TAMPA -- The Tampa Bay Lightning made three goalie changes and evened the 2015 Stanley Cup Final with a 4-3 win against the Chicago Blackhawks at Amalie Arena on Saturday.
Jason Garrison's power-play goal midway through the third period gave rookie goalie Andrei Vasilevskiy his first Stanley Cup Playoff victory.
The best-of-7 series is tied 1-1 with Game 3 at United Center on Monday (8 p.m. ET; NBCSN, CBC, TVA Sports).
Lightning starting goaltender Ben Bishop left the game twice in the third period, once briefly and then for good with 7:41 left. Vasilevskiy replaced Bishop at the start of the power play before Garrison's goal, but Bishop returned during the celebration.
Bishop wasn't able to stay in net, and Vasilevskiy returned for good at 12:19 of the period. He made five saves for his first win since March 24 and eighth in the NHL.
"No one really knew what was going on," Tampa Bay captain Steven Stamkos said. "We were kind of listening to the announcements of who was in net for our team a couple times."
Vasilevskiy, 20, is the first goalie to win his first playoff game in relief in the Stanley Cup Final since 1928, when New York Rangers coach Lester Patrick played during a 2-1 overtime victory in Game 2 against the Montreal Maroons.
"Nervous? Just maybe a little bit, but after the first couple shots, I [felt] better," Vasilevskiy said. "Every game I'm ready and I keep my head ready for the game, and that's it."
Lightning coach Jon Cooper did not provide an update on Bishop after the game.
The Blackhawks tied the game twice and took a brief lead in the second period, but the Lightning won Game 2 of a series for the fourth time this postseason.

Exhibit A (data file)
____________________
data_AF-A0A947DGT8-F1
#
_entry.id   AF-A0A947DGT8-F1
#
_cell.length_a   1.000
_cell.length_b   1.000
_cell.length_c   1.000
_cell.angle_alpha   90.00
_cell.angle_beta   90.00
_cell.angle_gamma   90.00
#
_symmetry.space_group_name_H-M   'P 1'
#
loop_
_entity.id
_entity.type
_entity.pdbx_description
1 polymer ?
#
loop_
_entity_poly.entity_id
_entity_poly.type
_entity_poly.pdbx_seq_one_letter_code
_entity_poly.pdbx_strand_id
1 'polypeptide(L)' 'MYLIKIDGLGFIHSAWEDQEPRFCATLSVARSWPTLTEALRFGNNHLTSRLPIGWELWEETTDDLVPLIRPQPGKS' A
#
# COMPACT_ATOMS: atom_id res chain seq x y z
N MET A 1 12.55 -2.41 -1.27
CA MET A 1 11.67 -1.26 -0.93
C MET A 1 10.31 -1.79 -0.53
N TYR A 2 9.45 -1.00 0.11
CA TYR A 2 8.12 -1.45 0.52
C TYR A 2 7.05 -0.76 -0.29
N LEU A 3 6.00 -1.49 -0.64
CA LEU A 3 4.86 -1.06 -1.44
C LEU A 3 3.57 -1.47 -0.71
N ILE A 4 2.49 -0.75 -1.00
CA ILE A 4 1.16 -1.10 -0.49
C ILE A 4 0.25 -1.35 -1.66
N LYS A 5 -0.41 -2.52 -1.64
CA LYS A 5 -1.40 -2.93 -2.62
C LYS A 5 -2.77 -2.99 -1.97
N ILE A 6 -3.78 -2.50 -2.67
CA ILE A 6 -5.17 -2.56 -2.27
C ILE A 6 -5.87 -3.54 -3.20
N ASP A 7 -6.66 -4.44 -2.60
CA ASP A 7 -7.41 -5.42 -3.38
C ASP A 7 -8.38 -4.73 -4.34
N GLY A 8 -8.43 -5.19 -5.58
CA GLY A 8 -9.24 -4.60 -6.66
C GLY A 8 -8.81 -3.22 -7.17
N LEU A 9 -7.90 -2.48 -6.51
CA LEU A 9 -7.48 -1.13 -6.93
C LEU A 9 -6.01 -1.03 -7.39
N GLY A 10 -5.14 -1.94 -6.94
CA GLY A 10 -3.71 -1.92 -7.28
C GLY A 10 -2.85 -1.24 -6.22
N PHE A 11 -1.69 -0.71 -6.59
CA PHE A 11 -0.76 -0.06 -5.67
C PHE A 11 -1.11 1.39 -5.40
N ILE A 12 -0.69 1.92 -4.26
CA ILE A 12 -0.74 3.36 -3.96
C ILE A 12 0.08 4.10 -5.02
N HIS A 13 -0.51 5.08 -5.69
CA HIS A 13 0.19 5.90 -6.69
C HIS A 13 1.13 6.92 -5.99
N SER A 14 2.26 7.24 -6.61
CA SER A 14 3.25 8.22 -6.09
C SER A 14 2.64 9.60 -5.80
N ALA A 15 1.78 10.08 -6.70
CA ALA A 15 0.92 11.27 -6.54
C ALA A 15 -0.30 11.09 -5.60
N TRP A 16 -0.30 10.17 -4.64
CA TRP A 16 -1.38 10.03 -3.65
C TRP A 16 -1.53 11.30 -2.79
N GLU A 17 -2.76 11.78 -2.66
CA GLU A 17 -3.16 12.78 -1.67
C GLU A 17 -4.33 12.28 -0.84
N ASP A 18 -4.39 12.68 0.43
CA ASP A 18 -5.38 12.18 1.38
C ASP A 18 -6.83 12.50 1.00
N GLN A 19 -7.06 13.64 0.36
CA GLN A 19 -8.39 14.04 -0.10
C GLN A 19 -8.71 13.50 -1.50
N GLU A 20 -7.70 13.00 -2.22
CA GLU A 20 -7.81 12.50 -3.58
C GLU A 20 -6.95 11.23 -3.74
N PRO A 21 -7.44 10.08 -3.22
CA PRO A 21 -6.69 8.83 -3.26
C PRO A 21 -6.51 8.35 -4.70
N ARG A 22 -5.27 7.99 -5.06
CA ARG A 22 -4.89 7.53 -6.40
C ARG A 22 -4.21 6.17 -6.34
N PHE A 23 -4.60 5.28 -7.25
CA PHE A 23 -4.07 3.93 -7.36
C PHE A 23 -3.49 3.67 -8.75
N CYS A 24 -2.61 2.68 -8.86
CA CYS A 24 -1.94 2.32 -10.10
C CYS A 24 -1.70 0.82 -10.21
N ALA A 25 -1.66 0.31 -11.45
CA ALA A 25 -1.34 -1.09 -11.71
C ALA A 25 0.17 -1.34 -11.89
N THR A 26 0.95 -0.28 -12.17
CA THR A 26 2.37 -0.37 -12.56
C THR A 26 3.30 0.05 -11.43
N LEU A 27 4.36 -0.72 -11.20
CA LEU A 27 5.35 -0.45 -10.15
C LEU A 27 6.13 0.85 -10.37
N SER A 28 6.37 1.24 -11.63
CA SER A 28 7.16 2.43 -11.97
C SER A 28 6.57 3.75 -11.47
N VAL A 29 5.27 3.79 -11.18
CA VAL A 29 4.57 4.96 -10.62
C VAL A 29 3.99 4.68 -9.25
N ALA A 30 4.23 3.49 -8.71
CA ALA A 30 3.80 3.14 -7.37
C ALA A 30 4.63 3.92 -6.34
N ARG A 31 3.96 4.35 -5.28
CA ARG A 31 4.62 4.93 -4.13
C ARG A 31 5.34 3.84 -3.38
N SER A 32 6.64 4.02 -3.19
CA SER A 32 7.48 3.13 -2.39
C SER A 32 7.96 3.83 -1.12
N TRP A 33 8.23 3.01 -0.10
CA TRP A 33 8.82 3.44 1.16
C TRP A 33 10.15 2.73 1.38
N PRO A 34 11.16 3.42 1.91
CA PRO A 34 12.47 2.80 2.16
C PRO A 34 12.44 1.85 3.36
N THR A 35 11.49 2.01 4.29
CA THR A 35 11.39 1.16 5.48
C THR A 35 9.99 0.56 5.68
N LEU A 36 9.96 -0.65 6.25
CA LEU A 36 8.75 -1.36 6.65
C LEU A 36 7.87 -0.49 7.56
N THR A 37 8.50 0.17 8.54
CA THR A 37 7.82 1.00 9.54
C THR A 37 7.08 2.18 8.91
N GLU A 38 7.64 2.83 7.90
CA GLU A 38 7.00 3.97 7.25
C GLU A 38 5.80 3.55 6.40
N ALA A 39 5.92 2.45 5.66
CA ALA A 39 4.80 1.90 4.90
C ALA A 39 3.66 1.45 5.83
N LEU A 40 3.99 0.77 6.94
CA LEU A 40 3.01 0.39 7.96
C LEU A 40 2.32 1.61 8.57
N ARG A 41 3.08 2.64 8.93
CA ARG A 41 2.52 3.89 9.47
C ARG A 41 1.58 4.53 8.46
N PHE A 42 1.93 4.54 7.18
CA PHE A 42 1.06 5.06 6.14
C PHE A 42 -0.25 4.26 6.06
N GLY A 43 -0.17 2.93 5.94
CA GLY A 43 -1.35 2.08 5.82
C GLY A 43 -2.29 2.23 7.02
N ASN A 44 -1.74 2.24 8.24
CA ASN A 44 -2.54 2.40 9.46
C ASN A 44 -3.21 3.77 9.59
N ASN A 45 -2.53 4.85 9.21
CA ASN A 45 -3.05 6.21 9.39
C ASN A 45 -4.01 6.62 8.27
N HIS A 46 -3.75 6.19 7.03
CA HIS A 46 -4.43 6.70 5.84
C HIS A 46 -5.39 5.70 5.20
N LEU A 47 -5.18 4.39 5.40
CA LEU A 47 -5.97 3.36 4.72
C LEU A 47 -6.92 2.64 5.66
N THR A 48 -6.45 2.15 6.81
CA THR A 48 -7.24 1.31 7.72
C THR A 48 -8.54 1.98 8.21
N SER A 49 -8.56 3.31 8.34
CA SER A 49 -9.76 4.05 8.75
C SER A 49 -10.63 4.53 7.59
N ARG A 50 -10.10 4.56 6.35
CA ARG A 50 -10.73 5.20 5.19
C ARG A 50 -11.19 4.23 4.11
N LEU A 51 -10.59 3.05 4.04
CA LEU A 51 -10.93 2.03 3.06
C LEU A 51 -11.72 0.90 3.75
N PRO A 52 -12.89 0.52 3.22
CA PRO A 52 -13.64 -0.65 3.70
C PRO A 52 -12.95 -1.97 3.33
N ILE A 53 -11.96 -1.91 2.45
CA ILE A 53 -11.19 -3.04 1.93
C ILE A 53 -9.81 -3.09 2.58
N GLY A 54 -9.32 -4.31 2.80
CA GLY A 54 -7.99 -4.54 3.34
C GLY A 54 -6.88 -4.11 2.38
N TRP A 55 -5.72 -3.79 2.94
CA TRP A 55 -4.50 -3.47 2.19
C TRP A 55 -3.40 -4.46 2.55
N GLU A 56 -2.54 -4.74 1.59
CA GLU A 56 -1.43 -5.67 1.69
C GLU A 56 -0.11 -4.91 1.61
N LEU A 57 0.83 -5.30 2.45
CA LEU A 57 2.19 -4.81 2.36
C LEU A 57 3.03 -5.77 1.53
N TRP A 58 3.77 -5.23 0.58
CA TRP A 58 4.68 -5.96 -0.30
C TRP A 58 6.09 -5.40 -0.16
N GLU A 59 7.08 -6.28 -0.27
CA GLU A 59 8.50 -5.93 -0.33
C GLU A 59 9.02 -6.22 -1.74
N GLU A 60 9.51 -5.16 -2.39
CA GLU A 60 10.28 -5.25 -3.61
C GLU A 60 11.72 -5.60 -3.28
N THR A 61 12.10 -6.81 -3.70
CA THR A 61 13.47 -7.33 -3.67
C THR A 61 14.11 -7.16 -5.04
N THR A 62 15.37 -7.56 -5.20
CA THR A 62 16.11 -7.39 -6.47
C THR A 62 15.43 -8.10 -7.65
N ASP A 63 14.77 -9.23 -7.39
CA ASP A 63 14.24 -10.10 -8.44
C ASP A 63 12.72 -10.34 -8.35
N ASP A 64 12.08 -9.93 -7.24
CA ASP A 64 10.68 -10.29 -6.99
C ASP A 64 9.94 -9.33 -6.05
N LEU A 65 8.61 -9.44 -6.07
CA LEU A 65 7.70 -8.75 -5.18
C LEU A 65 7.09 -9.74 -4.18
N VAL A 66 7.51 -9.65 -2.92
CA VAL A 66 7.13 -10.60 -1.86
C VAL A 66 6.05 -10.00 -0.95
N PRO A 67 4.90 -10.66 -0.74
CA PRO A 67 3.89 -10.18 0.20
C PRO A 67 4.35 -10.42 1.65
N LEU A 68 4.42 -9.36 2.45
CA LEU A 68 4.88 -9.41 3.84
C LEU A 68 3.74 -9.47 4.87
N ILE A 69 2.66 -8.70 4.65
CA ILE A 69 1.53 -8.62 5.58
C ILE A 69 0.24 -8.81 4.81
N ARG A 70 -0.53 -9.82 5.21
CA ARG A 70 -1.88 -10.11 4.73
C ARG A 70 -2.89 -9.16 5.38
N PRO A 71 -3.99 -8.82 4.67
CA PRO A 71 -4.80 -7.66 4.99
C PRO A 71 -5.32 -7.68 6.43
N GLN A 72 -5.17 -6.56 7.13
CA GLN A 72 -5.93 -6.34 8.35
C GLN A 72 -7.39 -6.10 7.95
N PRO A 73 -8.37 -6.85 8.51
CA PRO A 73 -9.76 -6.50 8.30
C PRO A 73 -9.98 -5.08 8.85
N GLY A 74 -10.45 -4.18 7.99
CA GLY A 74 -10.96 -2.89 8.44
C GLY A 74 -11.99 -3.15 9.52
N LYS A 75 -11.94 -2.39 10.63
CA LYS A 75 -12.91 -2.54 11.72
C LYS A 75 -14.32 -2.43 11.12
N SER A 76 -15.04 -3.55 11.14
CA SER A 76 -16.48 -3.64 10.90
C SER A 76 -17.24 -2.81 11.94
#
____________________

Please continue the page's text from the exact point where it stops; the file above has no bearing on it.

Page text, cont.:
"We wanted to try and tie that game up at the end, but sometimes those ones slip away from you," Chicago captain Jonathan Toews said. "We just kind of kept giving up goals every time we tied the game up or got ourselves back into it. We just ran out of time."
Chicago defenseman Brent Seabrook tied the game 3-3 at 3:38 of the third period. Toews fed the puck to Seabrook at the top of the offensive zone and he was alone when his slap shot beat Bishop. The goalie immediately complained of interference by Blackhawks forward Marian Hossa, but the play is not subject to review.
The second period looked a lot like how the series was forecast to be played. There were chances aplenty and four goals.
"That was pretty good pace out there tonight," Stamkos said. "That's what we expect I think at this time of the year with that much skill and speed on that team. There [were] a couple minutes that were back and forth. I think that's what a lot of people were expecting."
Chicago scored twice in less than two minutes of their 2-1 Game 1 win, and scored twice in a little more than two minutes to take a 2-1 lead in Game 2.
Andrew Shaw made it 1-1 at 3:04 of the second period. He and linemate Marcus Kruger were trying to screen Bishop on a shot from Andrew Desjardins. Shaw had inside position on Garrison and was able to shimmy to his right to score on the rebound after it trickled away from Bishop.